Suicide rates have fallen in Essex – but more children and teens in the county needed mental health support and medication during the pandemic.
Mental health charities said young people have been hit hard by the events of the past 18 months with loneliness, isolation and disruption to their education listed as contributing factors.
Since April 2015, the number of under 18s receiving prescriptions in Essex has seen a steady increase.
It went up by a third, from 939 to 1,274 in February 2020.
Better news is that overall suicide numbers have fallen in Essex – despite fears the pandemic and lockdown restrictions would lead to a spike in people choosing to take their own lives.
In 2020, 167 people took their own lives in the area, down from 220 the previous year and 195 in 2018. It is also the lowest number since 2013 when there were 145 suicides.
The restrictions prompted gloomy predictions that there would be a huge increase in people choosing to take their own lives.
But in fact, the latest national figures show 5,224 people took their own lives in 2020, an eight per cent fall from 5,691 in 2019.
That meant the suicide rate fell significantly from 11.0 deaths per 100,000 people in 2019 to 10.0 last year.
However, while one explanation for the declining figures is a decrease in male suicides at the start of the pandemic, it is thought the lower figures are also influenced by delays in death registrations.
In Essex, there was an average delay of 141 days in registering deaths in 2020, up from 138 days in 2019, a difference of just three days.
But the impact on young people’s mental health has been at the front of much of health teams concerns and at the end of last year it was announced that mental health teams are set to be brought into 75 per cent of Essex schools by 2025.
The introduction of specialist teams comes following a rise in the number of young people being looked after for mental health issues.
Sarah Garner – associate director of Southend, Essex and Thurrock Children and Young People’s Emotional Wellbeing & Mental Health Collaborative – a group of seven CCGs and three local authorities across Southend, Essex and Thurrock facilitating children’s mental health interventions said that eating disorders and anxiety are the most common areas schools are seeing.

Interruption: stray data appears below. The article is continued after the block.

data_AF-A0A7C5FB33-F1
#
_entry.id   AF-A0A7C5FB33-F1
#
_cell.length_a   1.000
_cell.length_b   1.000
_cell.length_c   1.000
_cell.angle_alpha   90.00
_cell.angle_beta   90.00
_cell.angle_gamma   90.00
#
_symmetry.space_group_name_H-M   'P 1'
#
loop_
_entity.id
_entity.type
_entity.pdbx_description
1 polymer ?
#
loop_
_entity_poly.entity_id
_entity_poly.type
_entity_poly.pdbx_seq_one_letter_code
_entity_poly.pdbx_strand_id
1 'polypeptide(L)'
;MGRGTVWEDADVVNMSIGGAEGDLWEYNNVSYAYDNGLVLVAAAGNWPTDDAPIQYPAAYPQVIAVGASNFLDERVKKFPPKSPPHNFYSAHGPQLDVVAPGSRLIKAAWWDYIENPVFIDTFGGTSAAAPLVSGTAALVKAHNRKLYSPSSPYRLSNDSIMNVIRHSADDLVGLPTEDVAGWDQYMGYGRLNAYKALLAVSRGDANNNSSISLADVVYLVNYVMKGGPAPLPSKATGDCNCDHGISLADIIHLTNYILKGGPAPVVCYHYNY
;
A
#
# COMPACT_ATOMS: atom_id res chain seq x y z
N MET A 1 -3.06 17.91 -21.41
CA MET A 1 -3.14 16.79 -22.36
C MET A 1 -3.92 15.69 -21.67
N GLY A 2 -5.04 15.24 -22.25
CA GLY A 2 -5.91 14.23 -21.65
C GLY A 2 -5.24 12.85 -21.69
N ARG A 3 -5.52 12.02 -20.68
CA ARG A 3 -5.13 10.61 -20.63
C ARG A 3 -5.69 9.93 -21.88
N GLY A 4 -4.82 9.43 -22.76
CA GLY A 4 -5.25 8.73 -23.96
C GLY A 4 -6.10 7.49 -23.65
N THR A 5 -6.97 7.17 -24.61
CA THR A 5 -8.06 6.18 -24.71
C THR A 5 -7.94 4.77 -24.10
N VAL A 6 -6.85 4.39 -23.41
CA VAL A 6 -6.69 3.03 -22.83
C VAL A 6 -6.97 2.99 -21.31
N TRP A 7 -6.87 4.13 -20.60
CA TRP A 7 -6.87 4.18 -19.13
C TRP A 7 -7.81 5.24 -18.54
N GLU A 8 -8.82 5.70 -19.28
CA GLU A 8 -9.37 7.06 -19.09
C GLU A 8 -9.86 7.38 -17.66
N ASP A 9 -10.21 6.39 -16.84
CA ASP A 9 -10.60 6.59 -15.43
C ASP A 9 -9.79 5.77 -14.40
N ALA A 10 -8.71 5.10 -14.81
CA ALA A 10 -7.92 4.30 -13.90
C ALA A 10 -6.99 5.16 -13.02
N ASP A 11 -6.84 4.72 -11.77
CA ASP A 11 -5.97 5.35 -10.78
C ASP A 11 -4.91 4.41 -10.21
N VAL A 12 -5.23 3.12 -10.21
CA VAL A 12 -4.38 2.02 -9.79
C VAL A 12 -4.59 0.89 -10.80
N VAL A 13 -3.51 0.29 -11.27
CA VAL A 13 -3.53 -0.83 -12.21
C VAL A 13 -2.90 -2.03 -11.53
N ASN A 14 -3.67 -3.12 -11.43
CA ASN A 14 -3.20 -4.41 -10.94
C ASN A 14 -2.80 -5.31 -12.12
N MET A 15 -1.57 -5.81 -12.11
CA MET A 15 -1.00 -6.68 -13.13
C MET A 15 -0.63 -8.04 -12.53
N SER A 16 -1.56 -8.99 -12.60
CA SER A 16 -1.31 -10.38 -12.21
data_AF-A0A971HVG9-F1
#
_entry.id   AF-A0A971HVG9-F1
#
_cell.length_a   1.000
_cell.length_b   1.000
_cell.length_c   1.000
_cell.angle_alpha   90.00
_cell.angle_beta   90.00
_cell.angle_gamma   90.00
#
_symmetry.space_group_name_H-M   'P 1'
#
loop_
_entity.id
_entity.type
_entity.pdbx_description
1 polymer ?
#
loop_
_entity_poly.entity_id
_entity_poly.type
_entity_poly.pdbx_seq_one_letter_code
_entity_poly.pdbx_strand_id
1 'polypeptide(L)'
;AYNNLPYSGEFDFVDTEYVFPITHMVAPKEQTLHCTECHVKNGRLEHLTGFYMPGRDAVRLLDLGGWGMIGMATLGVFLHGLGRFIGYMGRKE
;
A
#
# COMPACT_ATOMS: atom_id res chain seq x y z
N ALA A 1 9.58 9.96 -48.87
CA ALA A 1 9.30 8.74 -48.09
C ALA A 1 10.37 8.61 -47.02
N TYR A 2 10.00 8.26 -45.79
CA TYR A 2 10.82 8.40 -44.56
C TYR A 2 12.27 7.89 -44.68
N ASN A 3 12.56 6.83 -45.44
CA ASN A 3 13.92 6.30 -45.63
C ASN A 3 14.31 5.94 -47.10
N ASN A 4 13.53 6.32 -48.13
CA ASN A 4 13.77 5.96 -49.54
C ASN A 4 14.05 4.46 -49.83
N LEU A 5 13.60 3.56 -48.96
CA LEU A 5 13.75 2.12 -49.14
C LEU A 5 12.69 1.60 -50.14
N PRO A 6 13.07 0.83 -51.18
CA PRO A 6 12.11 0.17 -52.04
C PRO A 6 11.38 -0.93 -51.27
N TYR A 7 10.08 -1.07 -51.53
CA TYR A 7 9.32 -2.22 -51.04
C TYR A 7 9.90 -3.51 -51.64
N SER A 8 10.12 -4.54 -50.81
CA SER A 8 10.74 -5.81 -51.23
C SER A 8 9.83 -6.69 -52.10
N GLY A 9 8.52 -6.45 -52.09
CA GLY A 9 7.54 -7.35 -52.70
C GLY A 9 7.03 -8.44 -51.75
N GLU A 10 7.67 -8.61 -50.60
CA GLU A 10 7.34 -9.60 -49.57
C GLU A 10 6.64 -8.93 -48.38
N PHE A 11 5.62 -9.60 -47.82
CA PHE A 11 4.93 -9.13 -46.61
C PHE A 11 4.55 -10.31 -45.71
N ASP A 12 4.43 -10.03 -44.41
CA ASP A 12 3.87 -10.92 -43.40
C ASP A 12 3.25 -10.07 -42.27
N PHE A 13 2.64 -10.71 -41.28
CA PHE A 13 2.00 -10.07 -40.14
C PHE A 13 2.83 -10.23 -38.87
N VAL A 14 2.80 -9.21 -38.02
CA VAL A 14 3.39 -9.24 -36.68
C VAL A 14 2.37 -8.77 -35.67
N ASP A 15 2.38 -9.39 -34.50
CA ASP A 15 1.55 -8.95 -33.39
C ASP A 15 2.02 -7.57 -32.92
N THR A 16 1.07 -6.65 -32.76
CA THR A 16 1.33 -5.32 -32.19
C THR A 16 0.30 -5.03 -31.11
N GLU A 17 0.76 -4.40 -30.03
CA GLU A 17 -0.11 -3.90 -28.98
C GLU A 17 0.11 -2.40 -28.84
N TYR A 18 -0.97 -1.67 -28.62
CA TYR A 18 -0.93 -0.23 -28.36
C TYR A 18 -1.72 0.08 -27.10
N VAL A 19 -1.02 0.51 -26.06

Overall, there has been a marked increase in people commencing treatment. In 2015/2016 there were 2,490 young people starting treatment. In 2019 there was 15,000.
This trend has been reflected in the number of young people being prescribed medication.
In March 2020, when the first UK lockdown began, the number of young patients prescribed antidepressants in the county reached a peak, with 1,379.
Two further spikes of 1,314 and 1,310 young patients were also seen around the time of the second and third lockdowns, in December 2020 and February 2021, respectively.
The National Institute for Health and Care Excellence guidance recommends antidepressants be given to young people with moderate or severe depression alongside talking therapies, following assessment by a mental health specialist.
There were 2,860 referrals to mental health services in Essex starting in March this year.
That was an increase compared to the 1,955 recorded in March 2020, and it was also up from 2,225 in February 2020, just before the start of the pandemic.
In England overall, the number of young patients prescribed antidepressants has gone up from 23,858 in April 2019 to 24,272 in April 2020, during the first lockdown.
The number peaked in March 2020, when 26,965 young people were prescribed antidepressants.
There was another peak in December 2020, with 26,031 people.
A Mental Health Foundation spokesperson said: “The Mental Health Foundation’s study of mental health in the pandemic makes it clear that older teenagers and younger adults are among the groups who have suffered most.
“Their education, social lives and careers were massively disrupted by lockdown restrictions – and many are still finding their studies and work damaged by the pandemic, as well as their hopes for the future.
“Friendships are especially important to young people and so not being allowed to socialise has been particularly hard on them, in a way that has affected their mental health.
“Over the year since lockdown started, the study found that they were much more likely than older adults to feel lonely, anxious, hopeless and suicidal.
“What will help them recover includes confidence that they will be able to get high-quality education, training or employment, along with basic needs such as enough food, decent housing and money for essentials.”